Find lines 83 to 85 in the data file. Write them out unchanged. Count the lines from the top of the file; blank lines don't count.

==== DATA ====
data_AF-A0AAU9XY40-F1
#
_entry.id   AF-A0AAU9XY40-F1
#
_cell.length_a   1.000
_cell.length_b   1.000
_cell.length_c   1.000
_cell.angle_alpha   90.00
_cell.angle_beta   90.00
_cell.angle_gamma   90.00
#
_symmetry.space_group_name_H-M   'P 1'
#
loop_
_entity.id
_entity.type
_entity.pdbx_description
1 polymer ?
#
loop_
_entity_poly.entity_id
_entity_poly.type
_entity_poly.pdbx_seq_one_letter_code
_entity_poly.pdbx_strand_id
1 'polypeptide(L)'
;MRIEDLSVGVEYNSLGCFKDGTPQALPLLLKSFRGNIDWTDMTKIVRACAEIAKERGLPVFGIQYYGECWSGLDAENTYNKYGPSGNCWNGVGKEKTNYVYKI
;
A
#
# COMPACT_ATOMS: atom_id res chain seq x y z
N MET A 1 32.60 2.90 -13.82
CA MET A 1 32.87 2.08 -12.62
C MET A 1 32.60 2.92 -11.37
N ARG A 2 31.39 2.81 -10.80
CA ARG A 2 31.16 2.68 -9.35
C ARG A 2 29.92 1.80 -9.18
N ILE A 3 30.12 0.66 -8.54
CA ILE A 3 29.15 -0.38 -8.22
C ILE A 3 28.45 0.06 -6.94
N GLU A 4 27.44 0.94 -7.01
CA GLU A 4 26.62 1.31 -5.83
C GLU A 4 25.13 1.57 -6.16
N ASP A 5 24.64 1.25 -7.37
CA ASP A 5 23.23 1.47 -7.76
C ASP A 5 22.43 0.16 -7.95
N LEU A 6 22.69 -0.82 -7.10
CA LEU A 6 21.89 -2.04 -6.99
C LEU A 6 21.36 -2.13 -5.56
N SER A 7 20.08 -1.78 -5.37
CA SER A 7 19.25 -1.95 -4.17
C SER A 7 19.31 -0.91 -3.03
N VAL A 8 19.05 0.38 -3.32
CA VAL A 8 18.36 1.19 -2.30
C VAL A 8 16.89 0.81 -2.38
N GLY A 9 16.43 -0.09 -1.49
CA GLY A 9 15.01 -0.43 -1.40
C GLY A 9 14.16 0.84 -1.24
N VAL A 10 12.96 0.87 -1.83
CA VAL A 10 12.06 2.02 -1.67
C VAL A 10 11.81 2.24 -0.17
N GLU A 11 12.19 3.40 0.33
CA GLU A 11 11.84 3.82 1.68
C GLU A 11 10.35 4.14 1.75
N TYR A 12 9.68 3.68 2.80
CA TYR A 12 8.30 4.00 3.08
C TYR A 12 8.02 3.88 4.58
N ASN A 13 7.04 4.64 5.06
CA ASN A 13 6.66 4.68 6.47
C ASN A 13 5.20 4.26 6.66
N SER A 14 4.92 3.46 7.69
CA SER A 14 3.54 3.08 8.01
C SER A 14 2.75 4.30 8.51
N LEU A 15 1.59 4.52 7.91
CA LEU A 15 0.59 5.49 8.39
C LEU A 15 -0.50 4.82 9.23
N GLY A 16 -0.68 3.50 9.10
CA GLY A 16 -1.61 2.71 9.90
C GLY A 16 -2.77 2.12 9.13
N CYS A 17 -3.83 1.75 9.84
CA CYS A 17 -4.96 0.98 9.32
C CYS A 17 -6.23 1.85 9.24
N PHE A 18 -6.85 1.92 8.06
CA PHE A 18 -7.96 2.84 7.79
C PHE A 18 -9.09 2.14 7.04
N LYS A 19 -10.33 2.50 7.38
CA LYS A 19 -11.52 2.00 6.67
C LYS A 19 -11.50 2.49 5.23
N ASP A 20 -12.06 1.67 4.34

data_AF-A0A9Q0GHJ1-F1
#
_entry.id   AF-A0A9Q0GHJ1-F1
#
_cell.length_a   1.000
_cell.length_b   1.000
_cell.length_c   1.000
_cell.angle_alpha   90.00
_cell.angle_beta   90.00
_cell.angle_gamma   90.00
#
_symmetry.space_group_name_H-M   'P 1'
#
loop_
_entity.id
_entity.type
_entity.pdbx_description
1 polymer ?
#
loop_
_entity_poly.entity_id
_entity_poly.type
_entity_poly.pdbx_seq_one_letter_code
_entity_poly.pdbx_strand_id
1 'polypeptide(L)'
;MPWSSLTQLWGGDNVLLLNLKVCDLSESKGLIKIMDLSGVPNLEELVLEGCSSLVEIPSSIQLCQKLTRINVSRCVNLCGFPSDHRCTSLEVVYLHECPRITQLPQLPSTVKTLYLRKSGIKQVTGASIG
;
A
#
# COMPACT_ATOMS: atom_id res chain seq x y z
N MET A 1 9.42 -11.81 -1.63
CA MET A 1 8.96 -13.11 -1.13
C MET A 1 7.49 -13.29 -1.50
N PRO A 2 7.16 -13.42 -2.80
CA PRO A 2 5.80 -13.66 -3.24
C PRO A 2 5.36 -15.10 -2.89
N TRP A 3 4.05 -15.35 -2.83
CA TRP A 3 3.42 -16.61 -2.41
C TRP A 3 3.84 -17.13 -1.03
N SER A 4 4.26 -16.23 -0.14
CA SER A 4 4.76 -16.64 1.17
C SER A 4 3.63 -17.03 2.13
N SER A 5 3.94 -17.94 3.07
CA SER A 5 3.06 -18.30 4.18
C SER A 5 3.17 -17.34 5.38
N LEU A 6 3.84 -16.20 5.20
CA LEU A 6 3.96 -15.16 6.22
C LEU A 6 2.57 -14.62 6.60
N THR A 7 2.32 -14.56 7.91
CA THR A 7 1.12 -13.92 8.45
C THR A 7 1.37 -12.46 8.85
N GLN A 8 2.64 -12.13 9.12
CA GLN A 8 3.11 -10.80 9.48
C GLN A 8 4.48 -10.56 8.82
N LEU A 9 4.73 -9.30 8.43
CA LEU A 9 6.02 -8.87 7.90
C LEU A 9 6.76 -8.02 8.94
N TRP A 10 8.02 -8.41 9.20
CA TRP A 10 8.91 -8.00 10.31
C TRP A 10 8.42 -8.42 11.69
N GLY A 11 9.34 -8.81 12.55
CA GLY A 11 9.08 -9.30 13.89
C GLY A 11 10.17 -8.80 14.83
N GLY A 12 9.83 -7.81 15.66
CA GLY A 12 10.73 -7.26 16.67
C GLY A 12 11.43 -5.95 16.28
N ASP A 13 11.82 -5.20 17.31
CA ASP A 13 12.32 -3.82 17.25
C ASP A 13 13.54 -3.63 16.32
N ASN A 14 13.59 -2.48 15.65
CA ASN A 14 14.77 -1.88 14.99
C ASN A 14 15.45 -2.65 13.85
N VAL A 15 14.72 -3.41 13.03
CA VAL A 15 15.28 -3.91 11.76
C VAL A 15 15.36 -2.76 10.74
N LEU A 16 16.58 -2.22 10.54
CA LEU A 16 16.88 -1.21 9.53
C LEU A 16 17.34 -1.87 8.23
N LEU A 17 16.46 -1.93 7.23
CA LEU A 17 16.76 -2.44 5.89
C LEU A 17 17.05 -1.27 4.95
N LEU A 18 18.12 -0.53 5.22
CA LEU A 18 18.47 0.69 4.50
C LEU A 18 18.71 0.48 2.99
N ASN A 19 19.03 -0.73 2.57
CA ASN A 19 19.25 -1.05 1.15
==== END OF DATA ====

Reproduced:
CA PHE A 18 -7.96 2.84 7.79
C PHE A 18 -9.09 2.14 7.04
N LYS A 19 -10.33 2.50 7.38